California Spangled Cats

“House-Leopard” Bred for a Cause

The California spangled cat was intentionally bred to resemble a leopard.

Yet, despite its wild-looking appearance, the cat is extremely docile—preferring the companionship of family and often seeking attention and affection.

In spite of the breed’s popularity, it’s at risk of becoming endangered. Reports indicate that possibly 200 California spangled cats exist today.

California spangled cat

In 1971, renowned anthropologist Louis Leakey and animal activist and Hollywood writer-playwright Paul Casey teamed up to breed a cat that looked like a leopard. Their goal? To raise consciousness about leopard poaching by creating a household pet that looked like the wild big cat.

Leakey and Casey believed that people would be less likely to buy and wear leopard furs if their pet cats were wearing a similar-looking coat.

Casey began breeding the California spangled cat by crossing an Abyssinian, a Siamese, an Angora, an American shorthair and a British shorthair cat. In 1985, the “house-leopard” was perfected.

The California spangled cat got a great deal of attention when Casey introduced it on the 1986 cover of the iconic Neiman Marcus Christmas catalog. In an attempt to raise funds to protect endangered cat species in Central and South America, California spangled cats were advertised for $1400 each or $2500 with a personal, one-week training session with Paul Casey included.

The Neiman Marcus campaign became a public relations nightmare, though, when animal activists pointed out that the catalog was also selling fox, beaver and ermine fur coats. Cat fanciers also retaliated against yet another spotted cat breed like the ocicat and Bengal cat, and Casey himself upset Neiman Marcus executives once he vocalized his disapproval that the retailer was also selling fur coats.

None the less, the California spangled cat made such an impression that the demand for it ultimately slowed down the breeding development.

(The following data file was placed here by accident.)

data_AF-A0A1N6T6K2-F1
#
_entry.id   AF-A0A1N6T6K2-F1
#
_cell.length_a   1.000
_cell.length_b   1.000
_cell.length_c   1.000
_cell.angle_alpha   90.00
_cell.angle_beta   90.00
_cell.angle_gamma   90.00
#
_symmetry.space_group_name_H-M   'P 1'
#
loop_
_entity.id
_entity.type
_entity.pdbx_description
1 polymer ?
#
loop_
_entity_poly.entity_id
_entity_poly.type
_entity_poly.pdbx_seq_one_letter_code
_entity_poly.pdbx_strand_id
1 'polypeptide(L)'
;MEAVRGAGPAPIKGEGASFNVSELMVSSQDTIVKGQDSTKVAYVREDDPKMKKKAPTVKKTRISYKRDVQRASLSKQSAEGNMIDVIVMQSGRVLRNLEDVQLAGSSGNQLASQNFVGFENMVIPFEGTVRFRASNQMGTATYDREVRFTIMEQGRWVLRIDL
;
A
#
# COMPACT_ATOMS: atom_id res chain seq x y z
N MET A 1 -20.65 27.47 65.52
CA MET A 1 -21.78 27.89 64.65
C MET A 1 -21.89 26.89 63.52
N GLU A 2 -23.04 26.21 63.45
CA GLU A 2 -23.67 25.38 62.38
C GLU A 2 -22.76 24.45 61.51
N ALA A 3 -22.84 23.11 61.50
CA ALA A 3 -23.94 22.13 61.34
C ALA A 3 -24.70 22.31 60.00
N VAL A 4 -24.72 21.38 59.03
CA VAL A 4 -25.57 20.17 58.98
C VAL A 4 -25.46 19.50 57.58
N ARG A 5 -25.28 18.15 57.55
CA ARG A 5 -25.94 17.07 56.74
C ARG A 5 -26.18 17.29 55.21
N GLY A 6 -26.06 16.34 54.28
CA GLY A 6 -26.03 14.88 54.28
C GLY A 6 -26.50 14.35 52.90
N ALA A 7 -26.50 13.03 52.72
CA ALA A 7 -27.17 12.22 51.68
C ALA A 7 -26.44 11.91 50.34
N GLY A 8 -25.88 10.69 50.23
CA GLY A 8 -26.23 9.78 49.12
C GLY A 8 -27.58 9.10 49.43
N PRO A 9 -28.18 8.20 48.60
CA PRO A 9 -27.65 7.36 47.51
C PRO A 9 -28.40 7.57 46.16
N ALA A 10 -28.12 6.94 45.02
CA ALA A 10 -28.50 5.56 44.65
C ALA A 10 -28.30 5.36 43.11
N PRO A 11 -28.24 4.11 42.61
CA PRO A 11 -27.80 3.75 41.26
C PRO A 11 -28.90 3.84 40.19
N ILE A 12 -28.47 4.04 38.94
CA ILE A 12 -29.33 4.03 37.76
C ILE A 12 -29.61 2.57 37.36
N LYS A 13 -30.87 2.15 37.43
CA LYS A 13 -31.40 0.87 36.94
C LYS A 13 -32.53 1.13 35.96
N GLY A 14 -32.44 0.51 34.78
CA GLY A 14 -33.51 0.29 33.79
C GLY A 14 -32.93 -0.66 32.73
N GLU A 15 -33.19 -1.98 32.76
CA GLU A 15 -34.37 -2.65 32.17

As a result, the California spangled cat remains at risk of being endangered itself. Both Leakey and Casey have since passed away. Today, a few devout breeders are trying to save this breed from extinction.

California spangled cat

Perhaps the only thing about the California spangled cat that isn’t wild-like is its personality. Known to be affectionate, gentle and sociable, this breed enjoys spending a great deal of time with its owners.

The California spangled cat is also a very playful cat, often choosing to perch in high locations and show off its acrobatic skills.

This cat breed does not fare well if left alone for long periods of time. It thrives on the company of its human companions.

California spangled cat

With its long, lean and muscular body and its low-slung saunter, the California spangled cat does resemble a miniature leopard.

The California spangled cat’s coat may be charcoal, black, silver, bronze, goal, brown, red, blue or white, with well-defined round, square, triangular, or oval spots.

Topping off the cat’s “wild” appearance are almond-shaped eyes, ears set back from the face and high cheekbones.

The “snow leopard” version of the California spangled cat has a white fur coat with black markings and blue eyes.

The California spangled cat is known to be a rather healthy cat; no serious hereditary health problems have been documented in the breed. Choosing a reputable breeder from which to purchase your pet will help minimize the risks.